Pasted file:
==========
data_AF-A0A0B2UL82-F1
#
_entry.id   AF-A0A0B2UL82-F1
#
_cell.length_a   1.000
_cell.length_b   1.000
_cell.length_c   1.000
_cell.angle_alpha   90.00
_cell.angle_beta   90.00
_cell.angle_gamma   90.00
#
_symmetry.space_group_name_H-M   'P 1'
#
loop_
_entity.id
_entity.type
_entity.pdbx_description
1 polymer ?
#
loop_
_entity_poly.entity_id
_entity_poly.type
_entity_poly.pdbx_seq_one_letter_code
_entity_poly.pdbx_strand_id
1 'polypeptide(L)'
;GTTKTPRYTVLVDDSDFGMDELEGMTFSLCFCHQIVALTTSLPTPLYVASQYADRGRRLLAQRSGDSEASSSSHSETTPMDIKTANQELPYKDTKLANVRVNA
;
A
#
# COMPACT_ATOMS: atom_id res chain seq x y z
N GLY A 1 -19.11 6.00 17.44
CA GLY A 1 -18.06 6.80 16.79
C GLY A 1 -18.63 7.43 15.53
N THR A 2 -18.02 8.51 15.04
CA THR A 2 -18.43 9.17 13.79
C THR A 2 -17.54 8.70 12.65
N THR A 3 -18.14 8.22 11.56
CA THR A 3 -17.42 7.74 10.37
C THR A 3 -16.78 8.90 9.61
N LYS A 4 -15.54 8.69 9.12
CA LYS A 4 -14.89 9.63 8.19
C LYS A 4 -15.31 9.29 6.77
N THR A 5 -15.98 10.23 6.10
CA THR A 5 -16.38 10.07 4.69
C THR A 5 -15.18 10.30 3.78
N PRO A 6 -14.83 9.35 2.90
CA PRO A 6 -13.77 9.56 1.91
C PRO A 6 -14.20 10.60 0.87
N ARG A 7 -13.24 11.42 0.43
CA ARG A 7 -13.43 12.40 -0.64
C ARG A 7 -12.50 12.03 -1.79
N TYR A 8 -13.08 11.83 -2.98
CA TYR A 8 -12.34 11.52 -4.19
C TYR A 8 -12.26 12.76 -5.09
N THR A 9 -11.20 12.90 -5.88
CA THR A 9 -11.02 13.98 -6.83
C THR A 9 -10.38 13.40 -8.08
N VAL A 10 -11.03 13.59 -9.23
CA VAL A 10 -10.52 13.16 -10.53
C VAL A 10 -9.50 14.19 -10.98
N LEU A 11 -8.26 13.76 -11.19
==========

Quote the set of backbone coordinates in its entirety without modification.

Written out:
data_AF-A0A0B2UL82-F1
#
_entry.id   AF-A0A0B2UL82-F1
#
_cell.length_a   1.000
_cell.length_b   1.000
_cell.length_c   1.000
_cell.angle_alpha   90.00
_cell.angle_beta   90.00
_cell.angle_gamma   90.00
#
_symmetry.space_group_name_H-M   'P 1'
#
loop_
_entity.id
_entity.type
_entity.pdbx_description
1 polymer ?
#
loop_
_entity_poly.entity_id
_entity_poly.type
_entity_poly.pdbx_seq_one_letter_code
_entity_poly.pdbx_strand_id
1 'polypeptide(L)'
;GTTKTPRYTVLVDDSDFGMDELEGMTFSLCFCHQIVALTTSLPTPLYVASQYADRGRRLLAQRSGDSEASSSSHSETTPMDIKTANQELPYKDTKLANVRVNA
;
A
#
# COMPACT_ATOMS: atom_id res chain seq x y z
N GLY A 1 -19.11 6.00 17.44
CA GLY A 1 -18.06 6.80 16.79
C GLY A 1 -18.63 7.43 15.53
N THR A 2 -18.02 8.51 15.04
CA THR A 2 -18.43 9.17 13.79
C THR A 2 -17.54 8.70 12.65
N THR A 3 -18.14 8.22 11.56
CA THR A 3 -17.42 7.74 10.37
C THR A 3 -16.78 8.90 9.61
N LYS A 4 -15.54 8.69 9.12
CA LYS A 4 -14.89 9.63 8.19
C LYS A 4 -15.31 9.29 6.77
N THR A 5 -15.98 10.23 6.10
CA THR A 5 -16.38 10.07 4.69
C THR A 5 -15.18 10.30 3.78
N PRO A 6 -14.83 9.35 2.90
CA PRO A 6 -13.77 9.56 1.91
C PRO A 6 -14.20 10.60 0.87
N ARG A 7 -13.24 11.42 0.43
CA ARG A 7 -13.43 12.40 -0.64
C ARG A 7 -12.50 12.03 -1.79
N TYR A 8 -13.08 11.83 -2.98
CA TYR A 8 -12.34 11.52 -4.19
C TYR A 8 -12.26 12.76 -5.09
N THR A 9 -11.20 12.90 -5.88
CA THR A 9 -11.02 13.98 -6.83
C THR A 9 -10.38 13.40 -8.08
N VAL A 10 -11.03 13.59 -9.23
CA VAL A 10 -10.52 13.16 -10.53
C VAL A 10 -9.50 14.19 -10.98
N LEU A 11 -8.26 13.76 -11.19